Scilla hyacinthoides, Hyacinth Squill,
Hebrew: בן-חצב יקינתוני, Arabic: إشقيل خزامي
|| ||Scilla hyacinthoides L.|
|| ||Hyacinth Squill|
|| || בן-חצב יקינתוני |
|| ||إشقيل خزامي |
|| ||Liliaceae, שושניים|
|| ||Rosette, entire|
|| ||Dark blue|
|| || February, March, April
|| ||Batha, Phrygana|
|| ||Mediterranean Woodlands and Shrublands, Semi-steppe shrublands, Montane vegetation of Mt. Hermon|
Derivation of the botanical name:
Scilla, squill is an anglicized form of Latin scilla (late Latin
squilla), and cognate to other modern European names derived ultimately from Greek oKdX~a (skilla) or OKLXAv, (skille), used by Hippocrates; from the Greek for injure, disturb, excite since of its harmful effects on the stomach and other body parts.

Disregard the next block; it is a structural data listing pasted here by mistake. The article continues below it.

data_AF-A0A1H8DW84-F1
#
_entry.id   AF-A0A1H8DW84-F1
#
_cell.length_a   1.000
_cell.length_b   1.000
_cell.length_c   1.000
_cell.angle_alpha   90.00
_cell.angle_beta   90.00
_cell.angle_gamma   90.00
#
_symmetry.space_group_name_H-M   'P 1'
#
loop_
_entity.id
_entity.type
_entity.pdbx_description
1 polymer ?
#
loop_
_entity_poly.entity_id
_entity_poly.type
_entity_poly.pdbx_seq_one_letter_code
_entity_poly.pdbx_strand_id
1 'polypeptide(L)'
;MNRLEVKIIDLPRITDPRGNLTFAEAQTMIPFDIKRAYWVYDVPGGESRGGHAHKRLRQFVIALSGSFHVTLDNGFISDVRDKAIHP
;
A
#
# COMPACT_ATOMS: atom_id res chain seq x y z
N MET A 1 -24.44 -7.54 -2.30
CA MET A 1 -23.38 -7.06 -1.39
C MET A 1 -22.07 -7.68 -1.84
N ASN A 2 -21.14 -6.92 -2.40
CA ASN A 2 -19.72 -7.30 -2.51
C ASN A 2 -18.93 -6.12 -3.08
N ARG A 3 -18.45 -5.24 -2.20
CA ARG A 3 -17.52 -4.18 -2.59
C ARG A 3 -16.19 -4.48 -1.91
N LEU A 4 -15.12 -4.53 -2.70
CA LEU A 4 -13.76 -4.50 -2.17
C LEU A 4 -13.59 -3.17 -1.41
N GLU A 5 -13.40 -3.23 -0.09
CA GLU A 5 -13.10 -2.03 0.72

hyacinthoides, hyacinthus, Greek name for hyacinth; oides, "like" or "similar to"; resembling a hyacinth; In Greek mythology, Hyacinth was a beautiful youth beloved by the god Apollo. The two took turns throwing the discus, until Apollo, to impress his beloved, threw it with all his might. Hyacinth ran to catch it, to impress Apollo in turn, and was struck by the discus as it fell to the ground and he died. Apollo made a flower, the hyacinth, from Hyacinth's spilled blood.
- The standard author abbreviation L. is used to indicate Carl Linnaeus (1707 – 1778), a Swedish botanist, physician, and zoologist, the father of modern taxonomy.